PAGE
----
1
Reply2 years ago

https://www.duolingo.com/Theron126
Theron126
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"Ты" is the nominative case, used for the subject of a sentence. "Ты пьёшь воду" - you drink water.
"Тебя" is accusative case, used for a direct object. "Я вижу тебя" - I see you. (creepy, I know)
"Тебя" is also genitive case, used with some prepositions, for example "у" in sentences about possession. "У тебя есть дом" - you have a house. Literally, with you there exists a house.

"Твоя" means "your". "Твоя мама любит тебя" - your mom loves you (I hope!). Note that the form changes based on the gender of the word. "Твоя" is feminine. With a masculine word like "дом", for example, it becomes "твой". "Твой дом здесь" - your house is here.

3
Reply22 years ago

https://www.duolingo.com/Mitchell326497

Thank you so much! verryy helpful.

0
Reply2 years ago

https://www.duolingo.com/mohamadreza1378

Should say, what does

0
Reply10 months ago

https://www.duolingo.com/EEPixie

I can't see any way "does" would fit into this sentence? -What do you drink? -What are you drinking?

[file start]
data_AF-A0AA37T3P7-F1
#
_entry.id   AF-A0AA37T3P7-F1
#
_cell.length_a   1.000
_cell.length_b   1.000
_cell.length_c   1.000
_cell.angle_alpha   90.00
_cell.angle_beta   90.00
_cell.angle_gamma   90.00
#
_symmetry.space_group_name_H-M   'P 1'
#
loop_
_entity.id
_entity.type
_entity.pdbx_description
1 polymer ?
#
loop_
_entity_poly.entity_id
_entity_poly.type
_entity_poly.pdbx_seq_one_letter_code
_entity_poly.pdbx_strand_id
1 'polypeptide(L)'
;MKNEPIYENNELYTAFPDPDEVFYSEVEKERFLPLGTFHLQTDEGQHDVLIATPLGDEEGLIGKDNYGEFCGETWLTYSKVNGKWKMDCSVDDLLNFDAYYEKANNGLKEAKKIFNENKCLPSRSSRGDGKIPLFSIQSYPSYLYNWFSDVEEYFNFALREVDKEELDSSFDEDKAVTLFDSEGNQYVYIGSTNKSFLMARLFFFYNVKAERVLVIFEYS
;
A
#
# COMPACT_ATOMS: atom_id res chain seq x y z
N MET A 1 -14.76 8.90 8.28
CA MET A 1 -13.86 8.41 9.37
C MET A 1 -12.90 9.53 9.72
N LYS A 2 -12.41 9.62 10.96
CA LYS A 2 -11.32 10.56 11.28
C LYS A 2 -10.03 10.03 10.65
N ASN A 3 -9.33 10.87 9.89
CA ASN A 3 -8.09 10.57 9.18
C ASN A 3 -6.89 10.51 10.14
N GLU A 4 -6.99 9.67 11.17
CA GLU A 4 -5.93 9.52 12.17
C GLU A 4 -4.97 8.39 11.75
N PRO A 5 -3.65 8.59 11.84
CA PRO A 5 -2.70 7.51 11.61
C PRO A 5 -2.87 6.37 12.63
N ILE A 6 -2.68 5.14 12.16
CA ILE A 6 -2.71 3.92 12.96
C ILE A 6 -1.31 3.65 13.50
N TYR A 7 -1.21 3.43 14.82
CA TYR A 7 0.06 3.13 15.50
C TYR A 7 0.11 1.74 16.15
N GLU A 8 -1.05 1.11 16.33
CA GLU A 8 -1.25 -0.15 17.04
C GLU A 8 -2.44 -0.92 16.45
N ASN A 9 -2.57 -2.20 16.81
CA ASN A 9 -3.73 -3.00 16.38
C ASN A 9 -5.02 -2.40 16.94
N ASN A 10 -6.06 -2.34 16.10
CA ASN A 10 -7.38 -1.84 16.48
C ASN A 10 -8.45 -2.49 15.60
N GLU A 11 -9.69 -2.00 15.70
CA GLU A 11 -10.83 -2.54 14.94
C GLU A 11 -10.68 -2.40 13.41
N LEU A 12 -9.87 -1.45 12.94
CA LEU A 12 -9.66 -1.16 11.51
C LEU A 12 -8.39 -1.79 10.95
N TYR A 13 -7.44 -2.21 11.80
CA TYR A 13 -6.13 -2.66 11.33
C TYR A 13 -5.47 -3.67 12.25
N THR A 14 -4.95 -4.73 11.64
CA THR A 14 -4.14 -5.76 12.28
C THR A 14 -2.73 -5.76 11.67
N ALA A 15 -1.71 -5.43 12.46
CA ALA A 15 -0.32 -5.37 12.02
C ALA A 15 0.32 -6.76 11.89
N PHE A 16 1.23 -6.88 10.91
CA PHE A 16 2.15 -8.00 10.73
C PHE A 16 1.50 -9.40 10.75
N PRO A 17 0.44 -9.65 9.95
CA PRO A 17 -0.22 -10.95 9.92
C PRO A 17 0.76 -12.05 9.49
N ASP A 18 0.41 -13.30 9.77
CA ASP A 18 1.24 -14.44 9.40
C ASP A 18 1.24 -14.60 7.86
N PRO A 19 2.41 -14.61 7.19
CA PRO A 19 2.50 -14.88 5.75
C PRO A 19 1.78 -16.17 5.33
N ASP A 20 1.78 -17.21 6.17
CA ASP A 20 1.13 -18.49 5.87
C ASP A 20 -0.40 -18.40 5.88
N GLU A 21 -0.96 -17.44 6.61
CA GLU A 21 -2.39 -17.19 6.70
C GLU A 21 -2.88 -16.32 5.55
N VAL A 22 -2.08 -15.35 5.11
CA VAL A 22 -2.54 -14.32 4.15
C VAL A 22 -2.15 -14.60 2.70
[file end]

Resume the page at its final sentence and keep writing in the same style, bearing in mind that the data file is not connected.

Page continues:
0
Reply6 months ago

https://www.duolingo.com/leanboy1

What is the purpose of ты here? Пьёшь means (you) drink , so why add ты?

0
Reply1 month ago

https://www.duolingo.com/Dr.Redstone1421

i put "what you drink?" it said im wrong but i am learning russian because i am bad at english блять!!

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Reply7 months ago

https://www.duolingo.com/EEPixie

As I understand it articles and English prepositions are always a big hassle for Russians to learn. You will pick it up with time!

0
Reply6 months ago

https://www.duolingo.com/Javi596620

How would you say 'what do you drink?'

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Reply1 year ago

https://www.duolingo.com/ElHeim
ElHeimPlus
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The same, I guess. Russian present covers both the English present and present continuous.

1
Reply1 year ago

https://www.duolingo.com/rk762
rk762
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What're and what are are the same god damn thing

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Reply1 year ago